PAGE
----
les presses du réel
Preface – Eva González-Sancho (Director of the Frac Bourgogne)

Individuation processes only occur within a group, just as it's only possible to detect gaps and voids within a set of elements. Gitte Schäfer's work, or rather the addition of layers (formal, historical, cultural) which form it, plays a considerable part in this deductive postulate. In her show at the Frac Bourgogne [Burgundy's Regional Contemporary Art Collection], we got the feeling of gradually drawing closer to a landscape: a series of masts made from various superposed objects rose up both elegantly and mysteriously; those masts stood side by side like trees in one and the same forest. Surrounded by pictures and various assemblages on the wall—they were, incidentally, more or less sculptural—, they formed a set of things as different as they were timeless; a fantastic and laborious grid, at once craftsmanlike and overtly part of the history of the readymade.
A certain involvement comes into play in the wager on the process of developing a work which, to my eye, seems to become optimized in its spatial development, where the display of a host of pieces, in turn composite, helps to fully savour the work's wealth. For all this, the presentation of Gitte Schäfer's work has not, to date, radicalized the intent of the grouping. At times her masts and numerous other pieces have been the object of a “group” show, at others they have been “individualized” to offer another form of contemplation, more typified, and probably more affective, exclusive and personal. In this sense, the work raises the issue of our reading thereof within a private environment and within the context of a more overall and, in addition, public presentation—an issue left deliberately open-ended by the artist, it being up to everyone to appraise its scope...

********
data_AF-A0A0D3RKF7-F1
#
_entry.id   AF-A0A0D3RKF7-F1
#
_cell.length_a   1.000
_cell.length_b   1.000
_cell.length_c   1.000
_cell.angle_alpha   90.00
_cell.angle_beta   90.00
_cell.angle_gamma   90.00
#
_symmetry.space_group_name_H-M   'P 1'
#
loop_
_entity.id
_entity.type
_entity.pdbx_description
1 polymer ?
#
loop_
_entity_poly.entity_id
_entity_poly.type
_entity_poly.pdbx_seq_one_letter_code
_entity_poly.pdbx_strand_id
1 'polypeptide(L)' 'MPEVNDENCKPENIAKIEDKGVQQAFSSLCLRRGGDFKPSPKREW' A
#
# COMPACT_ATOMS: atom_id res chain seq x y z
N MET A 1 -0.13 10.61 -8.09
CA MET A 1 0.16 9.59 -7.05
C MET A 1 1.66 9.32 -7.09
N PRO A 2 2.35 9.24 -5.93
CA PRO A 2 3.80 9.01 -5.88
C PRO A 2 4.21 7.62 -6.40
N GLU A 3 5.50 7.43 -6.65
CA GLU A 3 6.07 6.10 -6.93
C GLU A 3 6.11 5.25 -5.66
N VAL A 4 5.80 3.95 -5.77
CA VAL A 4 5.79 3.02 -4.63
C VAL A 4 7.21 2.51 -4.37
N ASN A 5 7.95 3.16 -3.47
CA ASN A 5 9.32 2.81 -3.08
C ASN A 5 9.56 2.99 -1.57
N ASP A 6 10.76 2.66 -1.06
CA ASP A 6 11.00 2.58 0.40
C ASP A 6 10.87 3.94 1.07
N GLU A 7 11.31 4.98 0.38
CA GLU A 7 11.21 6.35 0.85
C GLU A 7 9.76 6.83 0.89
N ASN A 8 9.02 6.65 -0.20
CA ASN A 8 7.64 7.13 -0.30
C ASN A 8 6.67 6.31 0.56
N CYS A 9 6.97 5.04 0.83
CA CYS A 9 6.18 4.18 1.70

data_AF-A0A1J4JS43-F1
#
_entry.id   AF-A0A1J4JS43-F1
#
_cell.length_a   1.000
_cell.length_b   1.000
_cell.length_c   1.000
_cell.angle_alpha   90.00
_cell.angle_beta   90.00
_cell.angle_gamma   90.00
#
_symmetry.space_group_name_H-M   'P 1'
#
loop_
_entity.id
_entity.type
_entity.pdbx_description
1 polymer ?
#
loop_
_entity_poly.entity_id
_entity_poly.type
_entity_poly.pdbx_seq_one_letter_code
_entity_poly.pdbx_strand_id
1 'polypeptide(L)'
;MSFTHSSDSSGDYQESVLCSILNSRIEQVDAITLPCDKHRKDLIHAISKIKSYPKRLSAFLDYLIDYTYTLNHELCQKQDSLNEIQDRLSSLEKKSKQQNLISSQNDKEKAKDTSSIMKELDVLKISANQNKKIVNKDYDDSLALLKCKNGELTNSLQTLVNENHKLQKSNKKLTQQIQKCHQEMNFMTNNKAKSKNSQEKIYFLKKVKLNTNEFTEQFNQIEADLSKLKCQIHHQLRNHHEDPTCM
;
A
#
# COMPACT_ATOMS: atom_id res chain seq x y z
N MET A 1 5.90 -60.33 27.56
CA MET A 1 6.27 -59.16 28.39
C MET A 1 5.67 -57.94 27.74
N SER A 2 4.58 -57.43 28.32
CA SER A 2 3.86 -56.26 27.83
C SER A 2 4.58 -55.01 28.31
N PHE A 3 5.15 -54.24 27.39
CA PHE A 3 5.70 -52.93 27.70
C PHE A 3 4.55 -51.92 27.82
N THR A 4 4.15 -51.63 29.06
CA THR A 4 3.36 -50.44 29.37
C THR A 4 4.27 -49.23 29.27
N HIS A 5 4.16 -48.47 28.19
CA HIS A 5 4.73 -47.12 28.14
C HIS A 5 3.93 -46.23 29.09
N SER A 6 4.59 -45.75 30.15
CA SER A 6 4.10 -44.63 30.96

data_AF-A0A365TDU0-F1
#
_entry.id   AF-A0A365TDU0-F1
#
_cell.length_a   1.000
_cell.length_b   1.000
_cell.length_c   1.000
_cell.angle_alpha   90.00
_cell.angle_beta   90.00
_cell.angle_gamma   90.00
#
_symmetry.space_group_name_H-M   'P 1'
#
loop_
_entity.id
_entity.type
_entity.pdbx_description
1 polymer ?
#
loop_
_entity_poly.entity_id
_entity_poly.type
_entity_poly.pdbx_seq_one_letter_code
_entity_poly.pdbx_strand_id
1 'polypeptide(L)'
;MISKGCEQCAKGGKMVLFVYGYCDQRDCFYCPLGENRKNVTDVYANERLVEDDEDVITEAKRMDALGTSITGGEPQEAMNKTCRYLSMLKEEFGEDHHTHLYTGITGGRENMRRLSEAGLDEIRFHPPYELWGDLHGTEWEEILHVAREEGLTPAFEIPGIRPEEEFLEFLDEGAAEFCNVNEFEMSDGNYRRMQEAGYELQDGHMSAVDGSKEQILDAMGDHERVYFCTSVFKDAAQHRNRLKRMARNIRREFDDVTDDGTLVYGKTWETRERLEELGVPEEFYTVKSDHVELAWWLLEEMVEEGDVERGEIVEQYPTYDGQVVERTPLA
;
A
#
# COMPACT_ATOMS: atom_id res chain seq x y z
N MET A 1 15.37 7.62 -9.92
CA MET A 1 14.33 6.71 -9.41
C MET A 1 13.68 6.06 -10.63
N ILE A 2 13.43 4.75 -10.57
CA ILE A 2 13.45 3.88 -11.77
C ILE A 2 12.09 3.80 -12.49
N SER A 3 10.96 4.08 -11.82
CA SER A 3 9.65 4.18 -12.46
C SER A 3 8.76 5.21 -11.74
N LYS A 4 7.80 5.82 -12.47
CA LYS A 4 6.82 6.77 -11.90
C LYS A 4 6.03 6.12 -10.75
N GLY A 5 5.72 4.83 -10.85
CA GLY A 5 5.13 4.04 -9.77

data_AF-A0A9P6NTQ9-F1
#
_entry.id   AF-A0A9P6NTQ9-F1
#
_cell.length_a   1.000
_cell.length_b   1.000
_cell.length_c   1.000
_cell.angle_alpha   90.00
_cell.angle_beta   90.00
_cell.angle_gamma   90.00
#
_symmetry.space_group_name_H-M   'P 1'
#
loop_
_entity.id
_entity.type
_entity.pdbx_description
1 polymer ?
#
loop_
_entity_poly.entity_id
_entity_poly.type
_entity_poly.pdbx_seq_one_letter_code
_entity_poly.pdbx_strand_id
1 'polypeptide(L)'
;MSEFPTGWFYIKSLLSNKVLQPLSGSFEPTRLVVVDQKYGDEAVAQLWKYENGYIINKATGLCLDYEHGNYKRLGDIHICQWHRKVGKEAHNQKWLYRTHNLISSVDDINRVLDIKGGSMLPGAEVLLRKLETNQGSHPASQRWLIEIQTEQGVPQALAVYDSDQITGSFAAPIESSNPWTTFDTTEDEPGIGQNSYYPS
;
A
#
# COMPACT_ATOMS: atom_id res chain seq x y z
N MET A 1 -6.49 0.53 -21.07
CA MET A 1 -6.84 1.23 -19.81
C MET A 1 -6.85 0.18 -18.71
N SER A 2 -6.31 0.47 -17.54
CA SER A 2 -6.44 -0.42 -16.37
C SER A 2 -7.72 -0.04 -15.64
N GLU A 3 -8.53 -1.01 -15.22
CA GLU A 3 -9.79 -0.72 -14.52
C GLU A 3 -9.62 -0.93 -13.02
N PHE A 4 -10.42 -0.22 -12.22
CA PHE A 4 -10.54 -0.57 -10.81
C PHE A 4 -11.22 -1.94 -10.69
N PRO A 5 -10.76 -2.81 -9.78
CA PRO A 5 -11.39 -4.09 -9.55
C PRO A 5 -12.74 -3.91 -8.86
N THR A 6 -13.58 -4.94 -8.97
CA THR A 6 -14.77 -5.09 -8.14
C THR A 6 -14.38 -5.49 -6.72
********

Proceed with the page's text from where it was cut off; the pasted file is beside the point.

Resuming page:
Beyond this initial point (the public or private, group or solo presentation of Gitte Schäfer's work), it is probably also a question of our own way of looking at art and our objects of desire: their history, the spaces upon which our eyes alight (the West, Asia, Africa, or elsewhere), our social and cultural condition as onlooker and beholder, as if to better underscore the admixture of cultures high and low, of the art world, and of the realm of craftsmanship, free of judgement and condescension. A sort of generosity surges up from the artist's work because, by being precise and precious, each object can be ours. This publication— like all the artist's oeuvre—is also generous in the viewpoints and interpretations it offers us. It has been put together like a tool of discovery and knowledge, with the aim that our adult way of seeing things will be beguiled by the curiosity and wonderment bestirred.

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